Nonoperative Management of Blunt Renal Trauma: A Prospective Study

Toutouzas, Konstantinos G.; Karaiskakis, Marios; Kaminski, Anna; Velmahos, George C.
December 2002
American Surgeon;Dec2002, Vol. 68 Issue 12, p1097
Academic Journal
Despite the abundance of literature on nonoperative management (NOM) of blunt trauma to the liver and spleen there is limited information on NOM of blunt renal injuries. In an effort to evaluate the role of NOM 37 consecutive unselected patients with renal injuries (grade 1, four; grade 2, 12; grade 3, 11; grade 4, six; and grade 5, four) were followed prospectively over 30 months (March 1999 to September 2001). Patients without peritonitis or hemodynamic instability were managed nonoperatively regardless of the appearance of the kidney on CT scan. Six (16%) patients were operated on immediately but only two (5.4%) for the kidney (grades 3 and 5 respectively). Of the remaining 31 patients 26 (84%) were managed successfully without an operation (grade 1 or 2, 12; grades 3-5, 14). Five patients were taken to the operating room after a period of observation (3, 3.5, 9, 36, and 44 hours respectively) but only three for the kidney (grades 4 and 5). The overall failure rate was 16 per cent (5 of 31); the rate of failure specifically related to the renal injury was 9.6 per cent (three of 31). Compared with the patients with successful NOM the five patients with failed NOM were more severely injured (Injury Severity Score ≥15 in 80% vs 27%, P = 0.04), required in the first 6 hours more fluids (4.17 ± 1.72 vs 1.87 ± 1.4 liters, P = 0.003) and blood transfusions (2.40 ± 2 vs 0.42 ± 1.17 units, P = 0.005), and more frequently had a positive trauma ultrasound (80% vs 11.5%, P = 0.005). We conclude that NOM is the prevailing method of treatment after blunt renal trauma. It is successful in the majority of patients without peritonitis or hemodynamic instability and should be considered regardless of the severity of renal injury. Predictors of failure may exist on the basis of injury severity, fluid and blood requirements, and abdominal ultrasonographic findings and need validation by a larger sample size.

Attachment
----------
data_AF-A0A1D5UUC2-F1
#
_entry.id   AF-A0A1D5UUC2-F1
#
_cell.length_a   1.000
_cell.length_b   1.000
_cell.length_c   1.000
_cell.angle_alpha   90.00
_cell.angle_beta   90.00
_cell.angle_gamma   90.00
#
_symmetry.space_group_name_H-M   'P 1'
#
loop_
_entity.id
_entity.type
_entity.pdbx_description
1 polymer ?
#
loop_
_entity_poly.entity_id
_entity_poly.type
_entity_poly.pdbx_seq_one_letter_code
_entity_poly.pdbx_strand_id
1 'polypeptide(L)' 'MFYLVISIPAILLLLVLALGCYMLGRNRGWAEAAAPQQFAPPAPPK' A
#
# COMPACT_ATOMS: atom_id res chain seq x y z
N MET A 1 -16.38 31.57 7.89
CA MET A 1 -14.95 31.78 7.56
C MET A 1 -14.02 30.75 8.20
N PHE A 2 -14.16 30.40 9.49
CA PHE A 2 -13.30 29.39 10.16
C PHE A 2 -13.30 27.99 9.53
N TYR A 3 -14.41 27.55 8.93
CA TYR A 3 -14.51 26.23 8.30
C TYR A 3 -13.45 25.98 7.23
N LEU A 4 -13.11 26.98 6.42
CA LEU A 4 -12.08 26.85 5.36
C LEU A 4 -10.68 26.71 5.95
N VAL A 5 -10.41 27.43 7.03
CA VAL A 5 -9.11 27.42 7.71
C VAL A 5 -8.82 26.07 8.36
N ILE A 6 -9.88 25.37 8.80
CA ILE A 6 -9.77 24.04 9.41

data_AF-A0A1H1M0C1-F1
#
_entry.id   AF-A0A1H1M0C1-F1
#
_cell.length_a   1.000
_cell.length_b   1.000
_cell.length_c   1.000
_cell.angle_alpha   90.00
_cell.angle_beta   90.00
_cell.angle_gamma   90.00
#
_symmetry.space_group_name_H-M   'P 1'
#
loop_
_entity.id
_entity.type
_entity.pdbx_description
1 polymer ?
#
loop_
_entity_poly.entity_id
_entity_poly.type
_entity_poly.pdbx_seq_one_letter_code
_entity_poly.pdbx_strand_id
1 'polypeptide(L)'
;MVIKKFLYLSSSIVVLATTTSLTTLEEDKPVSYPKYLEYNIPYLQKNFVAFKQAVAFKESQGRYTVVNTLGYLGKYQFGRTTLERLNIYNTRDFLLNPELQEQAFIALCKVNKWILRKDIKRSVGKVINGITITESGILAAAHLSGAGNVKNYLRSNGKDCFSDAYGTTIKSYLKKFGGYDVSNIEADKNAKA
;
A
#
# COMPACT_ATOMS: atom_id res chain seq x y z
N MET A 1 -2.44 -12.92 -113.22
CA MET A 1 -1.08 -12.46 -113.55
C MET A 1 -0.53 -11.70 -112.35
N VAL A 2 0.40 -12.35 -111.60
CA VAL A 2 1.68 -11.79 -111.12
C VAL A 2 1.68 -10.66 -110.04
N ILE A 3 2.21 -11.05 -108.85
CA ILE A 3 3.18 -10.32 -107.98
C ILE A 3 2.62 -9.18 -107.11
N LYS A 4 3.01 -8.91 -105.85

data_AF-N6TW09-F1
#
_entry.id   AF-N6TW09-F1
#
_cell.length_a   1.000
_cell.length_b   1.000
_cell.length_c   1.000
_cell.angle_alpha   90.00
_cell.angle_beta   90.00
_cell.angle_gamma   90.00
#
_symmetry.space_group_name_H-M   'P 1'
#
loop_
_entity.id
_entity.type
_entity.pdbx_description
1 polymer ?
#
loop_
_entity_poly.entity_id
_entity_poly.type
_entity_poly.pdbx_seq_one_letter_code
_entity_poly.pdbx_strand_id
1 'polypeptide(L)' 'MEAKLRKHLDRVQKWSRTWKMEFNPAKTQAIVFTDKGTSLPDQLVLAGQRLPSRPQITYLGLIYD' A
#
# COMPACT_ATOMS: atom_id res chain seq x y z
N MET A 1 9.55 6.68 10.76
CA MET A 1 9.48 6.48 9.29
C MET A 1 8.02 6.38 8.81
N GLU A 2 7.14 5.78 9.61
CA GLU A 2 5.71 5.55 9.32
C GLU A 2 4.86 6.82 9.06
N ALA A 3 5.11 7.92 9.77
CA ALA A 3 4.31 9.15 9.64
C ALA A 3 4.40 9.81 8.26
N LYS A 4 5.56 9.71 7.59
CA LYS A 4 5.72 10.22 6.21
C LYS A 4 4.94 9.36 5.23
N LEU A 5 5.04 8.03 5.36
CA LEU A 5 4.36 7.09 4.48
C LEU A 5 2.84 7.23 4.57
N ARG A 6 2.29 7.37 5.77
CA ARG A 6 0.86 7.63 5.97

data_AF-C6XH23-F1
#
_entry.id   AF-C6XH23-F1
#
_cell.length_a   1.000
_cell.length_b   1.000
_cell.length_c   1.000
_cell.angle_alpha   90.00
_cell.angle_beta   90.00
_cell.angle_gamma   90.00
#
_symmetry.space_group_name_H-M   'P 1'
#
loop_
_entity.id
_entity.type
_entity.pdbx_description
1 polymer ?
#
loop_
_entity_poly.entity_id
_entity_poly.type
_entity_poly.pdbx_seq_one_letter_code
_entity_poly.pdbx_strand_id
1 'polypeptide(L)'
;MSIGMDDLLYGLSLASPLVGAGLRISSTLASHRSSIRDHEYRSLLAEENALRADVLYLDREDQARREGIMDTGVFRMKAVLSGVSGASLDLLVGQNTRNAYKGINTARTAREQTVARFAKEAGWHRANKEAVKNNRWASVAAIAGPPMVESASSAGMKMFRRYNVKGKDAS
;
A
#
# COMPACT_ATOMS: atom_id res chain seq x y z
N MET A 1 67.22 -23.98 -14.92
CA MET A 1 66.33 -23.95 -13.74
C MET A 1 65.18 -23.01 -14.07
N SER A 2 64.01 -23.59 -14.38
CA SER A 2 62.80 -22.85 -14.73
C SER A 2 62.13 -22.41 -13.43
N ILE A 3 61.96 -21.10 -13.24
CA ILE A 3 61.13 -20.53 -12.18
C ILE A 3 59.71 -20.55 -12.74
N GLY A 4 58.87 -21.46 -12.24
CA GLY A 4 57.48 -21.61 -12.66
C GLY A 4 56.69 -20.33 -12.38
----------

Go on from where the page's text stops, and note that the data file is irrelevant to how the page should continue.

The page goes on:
Related Articles

  • Initiatives in Quality Care at the End of Life. Danko, Helen // Nephrology Nursing Journal;Apr2002, Vol. 29 Issue 2, p210 

    Talks about the need for educating nephrology professionals in palliative care. Position statement on end of life; Characteristics of palliative care; Suggested steps for the renal team.

  • Timing of renal replacement therapy initiation by AKIN classification system. Leite, Tacyano T.; Macedo, Etienne; Pereira, Samuel M.; Bandeira, Sandro R. C.; Pontes, Pedro H. S.; Garcia, André S.; Militão, Fernanda R.; Sobrinho, Irineu M. M.; Assunção, Livia M.; Libório, Alexandre B. // Critical Care;2013, Vol. 17 Issue 2, p1 

    Introduction: Previous studies using Acute Kidney Injury Network (AKIN)/RIFLE criteria to classify early initiation of renal replacement therapy (RRT) have defined it as the therapy started in less severe AKIN/RIFLE stages. Generally, these studies failed in demonstrating measurable benefits....